By Iain Ferguson, Environment Manager

I’ve worked as our Environment Manager for 14 years, and it’s my job to ask difficult questions and to keep pushing our packaging and waste agenda, to protect the planet we share.

The issue of plastic use is a complex one and can cause heated debate. On one hand, the material has revolutionised the grocery market – it’s cheap, it can help protect food better (thus reducing food waste) and makes packaging much lighter and more convenient. However, if it’s not properly recycled or disposed of, it can cause significant harm to our environment and wildlife. Together, we must find better ways to reduce single use plastic consumption and increase recycling.

In this week’s episode of our In it together podcast, I joined Yasmin Evans and Anita Rani from the BBC to talk plastic: the good, the bad and the ugly.

The little ways you can make a difference

During the podcast, we had a great discussion about how you can reduce your plastic consumption and recycle smartly with some easy and simple wins anyone can do at home.

We shared some simple ideas such as switching from plastic soap dispensers to classic soap bars and remembering to take your bags for life / cotton bags to the supermarket with you when you go shopping, so you don’t have to rely on single use plastic bags.

At Co-op, we’re leading the industry in terms of plastic and recyclability. It’s something our members and customers are passionate about, and through our AGM voting, we know they want recyclable or reusable packaging. In my role, I’ve been working to remove unnecessary plastic from products for years, and we’ve already made such great progress. We removed plastic sticks in cotton buds in 2006 and replaced the plastic disc that was used in our tissue boxes with cardboard a year later, doing the same thing with our pizza trays in 2018.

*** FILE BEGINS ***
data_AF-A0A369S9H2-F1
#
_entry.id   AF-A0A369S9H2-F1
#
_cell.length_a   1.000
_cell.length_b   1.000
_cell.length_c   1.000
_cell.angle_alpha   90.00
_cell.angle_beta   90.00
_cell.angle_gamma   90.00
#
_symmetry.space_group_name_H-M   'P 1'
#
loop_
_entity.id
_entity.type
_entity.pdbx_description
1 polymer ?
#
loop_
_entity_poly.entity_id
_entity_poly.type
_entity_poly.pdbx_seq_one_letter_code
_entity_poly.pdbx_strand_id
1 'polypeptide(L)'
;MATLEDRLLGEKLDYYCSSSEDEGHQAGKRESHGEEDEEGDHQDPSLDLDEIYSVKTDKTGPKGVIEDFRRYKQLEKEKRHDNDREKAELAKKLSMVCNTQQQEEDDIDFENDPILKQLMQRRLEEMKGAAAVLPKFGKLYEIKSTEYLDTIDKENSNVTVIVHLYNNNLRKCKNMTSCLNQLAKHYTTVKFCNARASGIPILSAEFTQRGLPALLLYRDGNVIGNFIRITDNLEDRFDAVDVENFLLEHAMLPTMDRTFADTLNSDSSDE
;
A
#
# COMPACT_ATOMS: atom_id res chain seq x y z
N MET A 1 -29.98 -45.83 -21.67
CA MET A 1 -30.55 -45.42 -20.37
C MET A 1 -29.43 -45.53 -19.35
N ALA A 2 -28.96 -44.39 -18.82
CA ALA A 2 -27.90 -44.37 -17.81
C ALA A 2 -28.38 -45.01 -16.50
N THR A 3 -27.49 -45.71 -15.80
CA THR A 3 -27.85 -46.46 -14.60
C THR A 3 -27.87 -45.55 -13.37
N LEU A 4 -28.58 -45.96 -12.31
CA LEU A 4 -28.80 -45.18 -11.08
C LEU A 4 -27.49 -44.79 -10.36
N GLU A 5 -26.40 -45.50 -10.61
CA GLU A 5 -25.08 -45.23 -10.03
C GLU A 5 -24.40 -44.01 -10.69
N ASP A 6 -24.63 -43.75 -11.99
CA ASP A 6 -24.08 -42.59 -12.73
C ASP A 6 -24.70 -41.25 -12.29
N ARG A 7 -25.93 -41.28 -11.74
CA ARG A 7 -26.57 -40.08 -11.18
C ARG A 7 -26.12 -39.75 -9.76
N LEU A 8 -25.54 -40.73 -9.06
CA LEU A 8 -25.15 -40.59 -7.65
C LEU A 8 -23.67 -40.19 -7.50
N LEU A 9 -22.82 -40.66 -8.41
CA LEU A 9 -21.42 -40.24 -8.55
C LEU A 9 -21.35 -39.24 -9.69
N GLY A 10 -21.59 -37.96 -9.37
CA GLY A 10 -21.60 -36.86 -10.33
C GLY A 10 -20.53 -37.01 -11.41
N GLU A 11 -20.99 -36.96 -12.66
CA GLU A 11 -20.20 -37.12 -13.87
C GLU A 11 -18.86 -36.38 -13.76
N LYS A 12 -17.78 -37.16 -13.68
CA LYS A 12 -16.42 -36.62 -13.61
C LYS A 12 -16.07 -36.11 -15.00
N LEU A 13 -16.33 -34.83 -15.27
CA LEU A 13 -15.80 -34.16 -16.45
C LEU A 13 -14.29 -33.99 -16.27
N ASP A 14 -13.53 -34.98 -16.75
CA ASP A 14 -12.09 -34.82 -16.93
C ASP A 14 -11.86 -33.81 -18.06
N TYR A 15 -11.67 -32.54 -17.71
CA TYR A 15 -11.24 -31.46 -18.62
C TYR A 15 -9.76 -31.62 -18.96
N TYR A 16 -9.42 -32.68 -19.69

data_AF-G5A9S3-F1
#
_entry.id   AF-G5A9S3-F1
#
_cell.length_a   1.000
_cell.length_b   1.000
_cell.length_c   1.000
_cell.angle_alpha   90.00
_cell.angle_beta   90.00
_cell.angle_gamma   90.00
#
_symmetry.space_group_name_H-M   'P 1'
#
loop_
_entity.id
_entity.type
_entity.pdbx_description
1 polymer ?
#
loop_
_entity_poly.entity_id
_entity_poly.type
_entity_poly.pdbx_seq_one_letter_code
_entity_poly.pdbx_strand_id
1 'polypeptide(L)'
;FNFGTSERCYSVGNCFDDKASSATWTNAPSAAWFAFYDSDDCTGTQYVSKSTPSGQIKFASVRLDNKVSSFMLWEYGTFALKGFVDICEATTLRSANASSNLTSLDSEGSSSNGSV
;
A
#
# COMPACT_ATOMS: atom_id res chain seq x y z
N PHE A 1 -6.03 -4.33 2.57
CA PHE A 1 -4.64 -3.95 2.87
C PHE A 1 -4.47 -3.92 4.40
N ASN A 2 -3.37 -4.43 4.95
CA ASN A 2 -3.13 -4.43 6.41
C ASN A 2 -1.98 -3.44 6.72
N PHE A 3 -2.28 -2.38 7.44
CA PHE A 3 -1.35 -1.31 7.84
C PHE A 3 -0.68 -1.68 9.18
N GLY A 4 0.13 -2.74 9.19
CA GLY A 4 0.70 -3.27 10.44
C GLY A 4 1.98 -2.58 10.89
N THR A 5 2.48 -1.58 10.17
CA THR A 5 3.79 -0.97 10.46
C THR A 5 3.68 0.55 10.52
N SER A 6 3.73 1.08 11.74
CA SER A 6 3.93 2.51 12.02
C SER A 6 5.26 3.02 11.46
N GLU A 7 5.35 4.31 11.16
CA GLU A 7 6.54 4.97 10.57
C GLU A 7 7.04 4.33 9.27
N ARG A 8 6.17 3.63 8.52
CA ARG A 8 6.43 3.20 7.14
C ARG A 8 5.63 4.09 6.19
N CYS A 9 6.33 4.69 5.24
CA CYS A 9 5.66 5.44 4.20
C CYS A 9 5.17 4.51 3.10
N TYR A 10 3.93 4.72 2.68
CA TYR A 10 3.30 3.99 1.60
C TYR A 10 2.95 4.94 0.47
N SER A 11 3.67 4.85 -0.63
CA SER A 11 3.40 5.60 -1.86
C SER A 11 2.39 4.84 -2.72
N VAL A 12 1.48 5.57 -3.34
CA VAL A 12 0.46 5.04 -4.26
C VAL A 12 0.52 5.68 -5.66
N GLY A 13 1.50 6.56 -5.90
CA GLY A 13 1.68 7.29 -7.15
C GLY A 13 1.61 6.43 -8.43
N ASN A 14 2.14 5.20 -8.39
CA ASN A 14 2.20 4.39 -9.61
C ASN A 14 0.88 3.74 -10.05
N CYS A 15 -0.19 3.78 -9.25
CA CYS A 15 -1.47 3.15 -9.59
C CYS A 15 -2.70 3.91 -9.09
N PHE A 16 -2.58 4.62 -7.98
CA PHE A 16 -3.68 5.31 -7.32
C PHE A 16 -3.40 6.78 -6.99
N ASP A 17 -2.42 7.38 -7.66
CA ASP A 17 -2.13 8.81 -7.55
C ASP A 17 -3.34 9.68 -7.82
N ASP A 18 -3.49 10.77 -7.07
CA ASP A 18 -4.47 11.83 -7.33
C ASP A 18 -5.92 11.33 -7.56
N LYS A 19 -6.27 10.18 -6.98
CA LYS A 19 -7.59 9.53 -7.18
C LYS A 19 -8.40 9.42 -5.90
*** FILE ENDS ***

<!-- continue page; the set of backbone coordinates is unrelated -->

We were also the first national retailer to introduce compostable carrier bags in 2008 (with a relaunch in 2018). We’ve made some incredible leaps and big strides, but there’s always more we can do and need to do.

Change takes time and co-operation

As a business, we need to balance our use of good vs bad plastic. We need to think carefully about where and when we need to use plastic, and constantly ask ourselves if it adds value and, if it doesn’t, remove it.

As consumers, we need to challenge ourselves to think about our own plastic consumption and how we use it. If you have something made of plastic in your possession, reuse it as much as possible. If you plan to buy something new, think carefully about its future use and how often you can reuse it.

My final call out is if your council doesn’t collect or recycle all types of plastic or even food waste, speak to them and push them for answers as to why. If we want to co-operate for a fairer world, we need to do it together with everyone behind us.

I hope you enjoy this episode. You can listen now by streaming on personal devices via Apple, Spotify and on Acast. If you enjoy them, please feel free to share the podcasts with your social networks via Social Hub too.

Next week Yasmin is discussing all things veganism with chef Rachel Ama and YouTuber Gaz Oakley with our very own Katharine Shipley, Head of Innovation of our Delicious Food Team.

Join the conversation! 2 Comments